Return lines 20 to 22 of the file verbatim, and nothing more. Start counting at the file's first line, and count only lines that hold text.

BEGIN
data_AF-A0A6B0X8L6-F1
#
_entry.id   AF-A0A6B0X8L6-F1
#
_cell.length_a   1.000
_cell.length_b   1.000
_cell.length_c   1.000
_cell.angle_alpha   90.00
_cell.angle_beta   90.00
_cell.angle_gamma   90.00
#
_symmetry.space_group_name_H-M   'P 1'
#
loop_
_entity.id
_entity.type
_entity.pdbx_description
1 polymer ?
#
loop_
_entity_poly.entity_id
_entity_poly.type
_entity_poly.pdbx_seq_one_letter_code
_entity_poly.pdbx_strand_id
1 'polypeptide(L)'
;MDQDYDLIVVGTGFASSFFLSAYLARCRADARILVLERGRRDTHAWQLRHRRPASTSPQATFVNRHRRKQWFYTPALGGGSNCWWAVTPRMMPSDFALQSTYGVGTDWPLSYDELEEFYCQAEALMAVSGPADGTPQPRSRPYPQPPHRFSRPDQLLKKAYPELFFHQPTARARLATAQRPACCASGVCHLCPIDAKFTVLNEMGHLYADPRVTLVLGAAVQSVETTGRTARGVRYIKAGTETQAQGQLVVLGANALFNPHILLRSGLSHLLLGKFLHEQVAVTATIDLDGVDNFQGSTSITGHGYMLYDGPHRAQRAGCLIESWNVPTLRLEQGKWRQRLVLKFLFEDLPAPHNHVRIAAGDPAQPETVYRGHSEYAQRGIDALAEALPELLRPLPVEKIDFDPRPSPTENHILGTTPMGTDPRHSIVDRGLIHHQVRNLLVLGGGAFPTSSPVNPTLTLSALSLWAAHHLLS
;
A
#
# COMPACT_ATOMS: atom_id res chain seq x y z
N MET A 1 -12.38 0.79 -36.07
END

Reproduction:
loop_
_entity_poly.entity_id
_entity_poly.type